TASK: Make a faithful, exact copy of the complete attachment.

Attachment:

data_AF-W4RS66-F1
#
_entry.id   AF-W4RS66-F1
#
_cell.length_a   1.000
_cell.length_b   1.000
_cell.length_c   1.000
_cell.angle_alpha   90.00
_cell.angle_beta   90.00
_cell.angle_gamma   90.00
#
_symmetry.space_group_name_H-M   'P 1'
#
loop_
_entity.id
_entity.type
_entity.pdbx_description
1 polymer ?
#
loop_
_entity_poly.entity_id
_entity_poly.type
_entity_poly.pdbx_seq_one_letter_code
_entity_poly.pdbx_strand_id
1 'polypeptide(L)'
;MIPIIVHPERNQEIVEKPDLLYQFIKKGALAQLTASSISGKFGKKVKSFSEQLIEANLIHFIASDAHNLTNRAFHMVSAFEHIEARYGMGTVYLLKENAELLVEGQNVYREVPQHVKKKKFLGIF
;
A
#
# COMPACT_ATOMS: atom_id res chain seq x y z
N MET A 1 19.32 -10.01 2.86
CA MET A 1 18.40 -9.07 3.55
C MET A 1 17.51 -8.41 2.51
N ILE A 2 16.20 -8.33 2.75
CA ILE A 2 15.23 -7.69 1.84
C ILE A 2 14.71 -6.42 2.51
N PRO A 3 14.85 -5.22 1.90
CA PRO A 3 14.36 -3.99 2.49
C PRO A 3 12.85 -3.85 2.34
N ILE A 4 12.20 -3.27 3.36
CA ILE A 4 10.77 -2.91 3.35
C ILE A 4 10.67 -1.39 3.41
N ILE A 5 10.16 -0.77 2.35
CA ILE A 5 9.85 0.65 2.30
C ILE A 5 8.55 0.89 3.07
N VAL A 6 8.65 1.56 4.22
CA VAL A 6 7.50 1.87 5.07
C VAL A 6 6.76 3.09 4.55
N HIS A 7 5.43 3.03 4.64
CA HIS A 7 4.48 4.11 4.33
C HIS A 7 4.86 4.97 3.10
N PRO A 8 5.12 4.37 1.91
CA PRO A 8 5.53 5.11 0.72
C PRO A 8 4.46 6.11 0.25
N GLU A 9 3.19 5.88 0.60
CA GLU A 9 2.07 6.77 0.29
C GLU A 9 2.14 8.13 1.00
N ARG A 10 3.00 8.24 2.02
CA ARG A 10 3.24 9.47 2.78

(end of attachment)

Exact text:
data_AF-W4RS66-F1
#
_entry.id   AF-W4RS66-F1
#
_cell.length_a   1.000
_cell.length_b   1.000
_cell.length_c   1.000
_cell.angle_alpha   90.00
_cell.angle_beta   90.00
_cell.angle_gamma   90.00
#
_symmetry.space_group_name_H-M   'P 1'
#
loop_
_entity.id
_entity.type
_entity.pdbx_description
1 polymer ?
#
loop_
_entity_poly.entity_id
_entity_poly.type
_entity_poly.pdbx_seq_one_letter_code
_entity_poly.pdbx_strand_id
1 'polypeptide(L)'
;MIPIIVHPERNQEIVEKPDLLYQFIKKGALAQLTASSISGKFGKKVKSFSEQLIEANLIHFIASDAHNLTNRAFHMVSAFEHIEARYGMGTVYLLKENAELLVEGQNVYREVPQHVKKKKFLGIF
;
A
#
# COMPACT_ATOMS: atom_id res chain seq x y z
N MET A 1 19.32 -10.01 2.86
CA MET A 1 18.40 -9.07 3.55
C MET A 1 17.51 -8.41 2.51
N ILE A 2 16.20 -8.33 2.75
CA ILE A 2 15.23 -7.69 1.84
C ILE A 2 14.71 -6.42 2.51
N PRO A 3 14.85 -5.22 1.90
CA PRO A 3 14.36 -3.99 2.49
C PRO A 3 12.85 -3.85 2.34
N ILE A 4 12.20 -3.27 3.36
CA ILE A 4 10.77 -2.91 3.35
C ILE A 4 10.67 -1.39 3.41
N ILE A 5 10.16 -0.77 2.35
CA ILE A 5 9.85 0.65 2.30
C ILE A 5 8.55 0.89 3.07
N VAL A 6 8.65 1.56 4.22
CA VAL A 6 7.50 1.87 5.07
C VAL A 6 6.76 3.09 4.55
N HIS A 7 5.43 3.03 4.64
CA HIS A 7 4.48 4.11 4.33
C HIS A 7 4.86 4.97 3.10
N PRO A 8 5.12 4.37 1.91
CA PRO A 8 5.53 5.11 0.72
C PRO A 8 4.46 6.11 0.25
N GLU A 9 3.19 5.88 0.60
CA GLU A 9 2.07 6.77 0.29
C GLU A 9 2.14 8.13 1.00
N ARG A 10 3.00 8.24 2.02
CA ARG A 10 3.24 9.47 2.78